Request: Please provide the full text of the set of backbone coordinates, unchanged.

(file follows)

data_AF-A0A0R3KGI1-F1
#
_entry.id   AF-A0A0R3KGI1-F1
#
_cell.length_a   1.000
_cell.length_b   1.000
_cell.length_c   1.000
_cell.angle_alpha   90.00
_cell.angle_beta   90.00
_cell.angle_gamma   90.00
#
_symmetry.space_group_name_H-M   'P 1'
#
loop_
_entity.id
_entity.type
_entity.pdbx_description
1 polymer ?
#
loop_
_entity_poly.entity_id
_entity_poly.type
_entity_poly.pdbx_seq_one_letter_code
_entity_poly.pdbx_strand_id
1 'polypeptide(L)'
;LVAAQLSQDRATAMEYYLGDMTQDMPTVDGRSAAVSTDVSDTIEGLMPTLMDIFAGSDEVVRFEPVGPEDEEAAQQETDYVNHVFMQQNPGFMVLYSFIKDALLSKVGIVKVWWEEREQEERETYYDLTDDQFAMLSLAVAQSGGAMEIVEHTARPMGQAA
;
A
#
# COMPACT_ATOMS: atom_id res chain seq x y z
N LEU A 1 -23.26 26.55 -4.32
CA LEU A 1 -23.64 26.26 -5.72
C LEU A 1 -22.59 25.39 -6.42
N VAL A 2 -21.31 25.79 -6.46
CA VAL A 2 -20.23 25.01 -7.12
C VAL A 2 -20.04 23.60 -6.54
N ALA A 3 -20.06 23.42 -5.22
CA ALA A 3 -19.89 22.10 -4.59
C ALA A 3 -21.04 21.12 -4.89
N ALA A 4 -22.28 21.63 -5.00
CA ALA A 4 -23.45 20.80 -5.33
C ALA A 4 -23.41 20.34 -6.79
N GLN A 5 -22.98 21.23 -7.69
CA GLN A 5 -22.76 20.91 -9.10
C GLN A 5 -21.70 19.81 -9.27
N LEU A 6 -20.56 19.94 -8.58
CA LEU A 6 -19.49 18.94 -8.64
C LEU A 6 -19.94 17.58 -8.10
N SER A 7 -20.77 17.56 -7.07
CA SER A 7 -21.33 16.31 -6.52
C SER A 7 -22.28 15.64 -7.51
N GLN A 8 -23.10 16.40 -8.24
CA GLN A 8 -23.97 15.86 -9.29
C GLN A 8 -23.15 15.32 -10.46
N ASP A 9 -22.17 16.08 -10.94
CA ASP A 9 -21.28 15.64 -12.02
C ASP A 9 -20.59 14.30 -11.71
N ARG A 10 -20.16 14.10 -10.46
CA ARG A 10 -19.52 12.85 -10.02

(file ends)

data_AF-A0A0R3KGI1-F1
#
_entry.id   AF-A0A0R3KGI1-F1
#
_cell.length_a   1.000
_cell.length_b   1.000
_cell.length_c   1.000
_cell.angle_alpha   90.00
_cell.angle_beta   90.00
_cell.angle_gamma   90.00
#
_symmetry.space_group_name_H-M   'P 1'
#
loop_
_entity.id
_entity.type
_entity.pdbx_description
1 polymer ?
#
loop_
_entity_poly.entity_id
_entity_poly.type
_entity_poly.pdbx_seq_one_letter_code
_entity_poly.pdbx_strand_id
1 'polypeptide(L)'
;LVAAQLSQDRATAMEYYLGDMTQDMPTVDGRSAAVSTDVSDTIEGLMPTLMDIFAGSDEVVRFEPVGPEDEEAAQQETDYVNHVFMQQNPGFMVLYSFIKDALLSKVGIVKVWWEEREQEERETYYDLTDDQFAMLSLAVAQSGGAMEIVEHTARPMGQAA
;
A
#
# COMPACT_ATOMS: atom_id res chain seq x y z
N LEU A 1 -23.26 26.55 -4.32
CA LEU A 1 -23.64 26.26 -5.72
C LEU A 1 -22.59 25.39 -6.42
N VAL A 2 -21.31 25.79 -6.46
CA VAL A 2 -20.23 25.01 -7.12
C VAL A 2 -20.04 23.60 -6.54
N ALA A 3 -20.06 23.42 -5.22
CA ALA A 3 -19.89 22.10 -4.59
C ALA A 3 -21.04 21.12 -4.89
N ALA A 4 -22.28 21.63 -5.00
CA ALA A 4 -23.45 20.80 -5.33
C ALA A 4 -23.41 20.34 -6.79
N GLN A 5 -22.98 21.23 -7.69
CA GLN A 5 -22.76 20.91 -9.10
C GLN A 5 -21.70 19.81 -9.27
N LEU A 6 -20.56 19.94 -8.58
CA LEU A 6 -19.49 18.94 -8.64
C LEU A 6 -19.94 17.58 -8.10
N SER A 7 -20.77 17.56 -7.07
CA SER A 7 -21.33 16.31 -6.52
C SER A 7 -22.28 15.64 -7.51
N GLN A 8 -23.10 16.40 -8.24
CA GLN A 8 -23.97 15.86 -9.29
C GLN A 8 -23.15 15.32 -10.46
N ASP A 9 -22.17 16.08 -10.94
CA ASP A 9 -21.28 15.64 -12.02
C ASP A 9 -20.59 14.30 -11.71
N ARG A 10 -20.16 14.10 -10.46
CA ARG A 10 -19.52 12.85 -10.02